'Investors wondering who's actually in charge': Rachel Notley on Alberta-B.C. pipeline battle

As the battle between Alberta and B.C. ramps up, Alberta Premier Rachel Notley sat down with CBC Calgary News at Six to lay out her approach and what she’d like Prime Minister Justin Trudeau to do about the rift.

Alberta premier lays out her next steps and what she'd like the feds to do

Rachel Notley on Alberta-B.C. pipeline battle

5 years ago
Duration 7:51
Rachel Notley on Alberta-B.C. pipeline battle

The B.C. government wants a review of the catastrophic-spill risk from the Trans Mountain pipeline expansion, it announced last week, which could cause delays.

Alberta shot back saying B.C. electricity talks were now off the table.

As the battle ramps up, Alberta Premier Rachel Notley sat down with CBC Calgary News at Six to lay out her approach and what she'd like Prime Minister Justin Trudeau to do about the rift.

This interview has been edited for clarity and brevity. Listen to the complete interview right here.

Q: What are your next steps in this conflict?

A: We are still talking to a lot of folks to come up with our best options. Last week we indicated that our view is that the actions of the B.C. government amount to a direct run at the economy and the jobs of Albertans, and quite frankly of all Canadians and we are not going to stand for it.

We would be suspending all conversations about electricity trade in southern Alberta, which is worth up to half a billion dollars for the people of British Columbia.

In the meantime we are continuing to consider other options, both legal and trade-based, and we will have more on that in the next few days.

Q: What else do you have at your disposal?

A: The federal government needs to step up and make it very clear to British Columbia that this kind of attack on their authority is not going to be allowed to stand.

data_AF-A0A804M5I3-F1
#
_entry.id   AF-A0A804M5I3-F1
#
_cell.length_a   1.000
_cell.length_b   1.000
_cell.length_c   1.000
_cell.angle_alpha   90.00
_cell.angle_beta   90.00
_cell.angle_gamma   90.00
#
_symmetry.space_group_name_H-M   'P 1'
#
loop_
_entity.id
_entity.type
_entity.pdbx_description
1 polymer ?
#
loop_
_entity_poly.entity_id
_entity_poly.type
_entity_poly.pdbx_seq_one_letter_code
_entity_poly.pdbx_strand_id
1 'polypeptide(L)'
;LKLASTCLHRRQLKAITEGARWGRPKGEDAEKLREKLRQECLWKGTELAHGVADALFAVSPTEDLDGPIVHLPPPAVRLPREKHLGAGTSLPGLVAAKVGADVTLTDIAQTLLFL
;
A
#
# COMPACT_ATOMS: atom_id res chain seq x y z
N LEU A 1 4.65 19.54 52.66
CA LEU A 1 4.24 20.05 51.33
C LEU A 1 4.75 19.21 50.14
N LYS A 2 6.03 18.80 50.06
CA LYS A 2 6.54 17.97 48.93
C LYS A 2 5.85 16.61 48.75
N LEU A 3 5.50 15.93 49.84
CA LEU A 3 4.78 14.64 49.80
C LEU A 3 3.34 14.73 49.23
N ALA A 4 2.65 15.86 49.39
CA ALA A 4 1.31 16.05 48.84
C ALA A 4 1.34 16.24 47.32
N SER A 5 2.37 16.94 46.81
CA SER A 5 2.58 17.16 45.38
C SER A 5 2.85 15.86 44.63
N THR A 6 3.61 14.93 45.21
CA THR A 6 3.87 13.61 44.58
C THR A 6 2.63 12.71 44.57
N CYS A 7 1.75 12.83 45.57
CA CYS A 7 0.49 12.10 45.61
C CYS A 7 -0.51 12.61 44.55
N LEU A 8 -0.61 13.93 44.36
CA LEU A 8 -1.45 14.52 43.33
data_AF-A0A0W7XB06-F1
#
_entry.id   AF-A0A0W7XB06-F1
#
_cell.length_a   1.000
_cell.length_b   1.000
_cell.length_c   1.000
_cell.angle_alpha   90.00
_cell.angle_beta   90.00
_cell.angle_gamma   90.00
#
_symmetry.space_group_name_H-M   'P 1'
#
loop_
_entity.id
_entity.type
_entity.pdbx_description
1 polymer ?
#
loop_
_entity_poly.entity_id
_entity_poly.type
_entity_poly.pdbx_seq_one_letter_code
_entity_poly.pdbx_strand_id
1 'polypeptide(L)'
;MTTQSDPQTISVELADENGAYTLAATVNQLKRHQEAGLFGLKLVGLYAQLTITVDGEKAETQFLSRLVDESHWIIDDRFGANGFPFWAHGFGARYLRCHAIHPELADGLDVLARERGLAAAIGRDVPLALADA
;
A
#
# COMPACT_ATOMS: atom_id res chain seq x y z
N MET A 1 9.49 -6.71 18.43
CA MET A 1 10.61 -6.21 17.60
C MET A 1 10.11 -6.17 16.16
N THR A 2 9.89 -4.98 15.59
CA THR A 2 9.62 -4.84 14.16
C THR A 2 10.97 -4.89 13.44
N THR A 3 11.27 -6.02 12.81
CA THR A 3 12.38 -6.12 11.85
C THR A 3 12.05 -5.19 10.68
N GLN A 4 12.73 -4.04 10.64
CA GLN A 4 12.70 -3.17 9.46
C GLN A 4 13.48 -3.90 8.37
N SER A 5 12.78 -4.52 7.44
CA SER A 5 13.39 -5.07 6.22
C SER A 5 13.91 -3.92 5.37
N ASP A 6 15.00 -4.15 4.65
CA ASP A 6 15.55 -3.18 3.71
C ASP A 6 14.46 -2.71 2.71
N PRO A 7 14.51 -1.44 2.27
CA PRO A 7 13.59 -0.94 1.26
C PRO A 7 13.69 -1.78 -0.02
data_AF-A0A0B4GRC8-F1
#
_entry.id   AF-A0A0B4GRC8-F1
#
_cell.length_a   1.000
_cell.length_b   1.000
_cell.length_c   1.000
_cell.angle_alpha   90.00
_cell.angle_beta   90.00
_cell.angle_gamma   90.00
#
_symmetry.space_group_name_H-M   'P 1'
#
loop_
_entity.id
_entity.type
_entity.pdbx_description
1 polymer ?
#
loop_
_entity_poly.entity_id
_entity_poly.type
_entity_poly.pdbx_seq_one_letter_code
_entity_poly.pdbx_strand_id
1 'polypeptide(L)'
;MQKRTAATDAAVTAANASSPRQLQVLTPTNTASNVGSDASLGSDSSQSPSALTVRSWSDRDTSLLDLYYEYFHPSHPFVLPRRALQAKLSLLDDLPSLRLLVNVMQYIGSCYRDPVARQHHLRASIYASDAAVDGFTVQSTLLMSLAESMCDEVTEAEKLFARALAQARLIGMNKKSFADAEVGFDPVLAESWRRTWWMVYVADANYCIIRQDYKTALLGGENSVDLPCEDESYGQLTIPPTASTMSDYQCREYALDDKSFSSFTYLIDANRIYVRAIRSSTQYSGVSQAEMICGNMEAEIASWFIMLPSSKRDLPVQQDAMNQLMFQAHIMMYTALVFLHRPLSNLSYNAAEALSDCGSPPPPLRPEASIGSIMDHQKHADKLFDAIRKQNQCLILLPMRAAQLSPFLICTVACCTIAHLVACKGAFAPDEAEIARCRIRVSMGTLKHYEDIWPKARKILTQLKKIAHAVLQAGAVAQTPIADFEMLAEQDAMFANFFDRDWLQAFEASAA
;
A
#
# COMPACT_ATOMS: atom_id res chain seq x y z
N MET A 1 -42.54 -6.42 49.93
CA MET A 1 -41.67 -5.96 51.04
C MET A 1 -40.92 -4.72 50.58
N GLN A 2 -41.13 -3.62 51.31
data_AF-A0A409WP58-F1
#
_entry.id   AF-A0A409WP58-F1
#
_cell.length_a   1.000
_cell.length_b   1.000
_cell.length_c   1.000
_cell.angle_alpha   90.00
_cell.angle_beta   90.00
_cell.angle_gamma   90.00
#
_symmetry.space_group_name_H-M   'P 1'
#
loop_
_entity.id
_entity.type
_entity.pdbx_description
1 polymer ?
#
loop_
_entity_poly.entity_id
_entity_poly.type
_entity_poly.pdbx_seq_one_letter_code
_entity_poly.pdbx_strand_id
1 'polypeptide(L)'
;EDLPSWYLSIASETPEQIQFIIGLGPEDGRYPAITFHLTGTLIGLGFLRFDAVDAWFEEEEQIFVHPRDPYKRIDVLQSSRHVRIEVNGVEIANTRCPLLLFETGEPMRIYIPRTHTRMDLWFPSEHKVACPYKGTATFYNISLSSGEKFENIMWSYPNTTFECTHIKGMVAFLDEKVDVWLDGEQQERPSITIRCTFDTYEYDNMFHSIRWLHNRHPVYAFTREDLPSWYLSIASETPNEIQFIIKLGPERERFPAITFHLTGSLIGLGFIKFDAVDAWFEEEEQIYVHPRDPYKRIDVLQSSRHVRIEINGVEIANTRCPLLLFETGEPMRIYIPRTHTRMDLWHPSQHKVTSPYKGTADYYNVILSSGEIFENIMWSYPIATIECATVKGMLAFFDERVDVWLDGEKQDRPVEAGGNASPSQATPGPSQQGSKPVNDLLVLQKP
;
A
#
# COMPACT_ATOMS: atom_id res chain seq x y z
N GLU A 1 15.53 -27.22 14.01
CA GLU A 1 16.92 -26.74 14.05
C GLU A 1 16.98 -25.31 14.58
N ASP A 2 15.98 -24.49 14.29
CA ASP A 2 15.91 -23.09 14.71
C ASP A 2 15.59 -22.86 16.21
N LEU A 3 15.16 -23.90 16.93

This isn't an issue between Alberta and B.C., this is actually an issue between Canada and B.C.

Speaking from the perspective of British Columbians, they have a strong relationship with the federal government. They rely on the federal government to be good partners so the federal government needs to make it very clear that this kind of harassment of investors will not be allowed to stand.

There is not a uniform opinion on this in British Columbia. A lot of folks understand that economic growth is good for all Canadians, and British Columbia wants to be part of that.

Q: What specifically would you like to see Justin Trudeau do?

A: I appreciate the comments that the prime minister made in Nanaimo, I think it showed some strength of resolve there, to stand up to folks who were a bit cantankerous with him.

What we would like to see is the federal government speak directly to the proposed regulations that the government of B.C. thinks that it has the authority to enact.

They have every right to talk about protecting their environment and to work on protecting their environment and come up with best practices for marine safety and otherwise, but they don't have the right to tell Alberta what does or does not go into that pipeline.

British Columbians benefit a great deal from what goes into that pipeline. They heat their homes with it, so it is rather hypocritical as well.

The federal government needs to be very specific to the B.C. provincial government about what they do and do not have the right to do, because otherwise we are leaving investors wondering who's actually in charge and what rules they get to rely on and that doesn't help any Canadians anywhere in this country.

Q: Have you spoken directly with John Horgan about this conflict? He says you are good friends.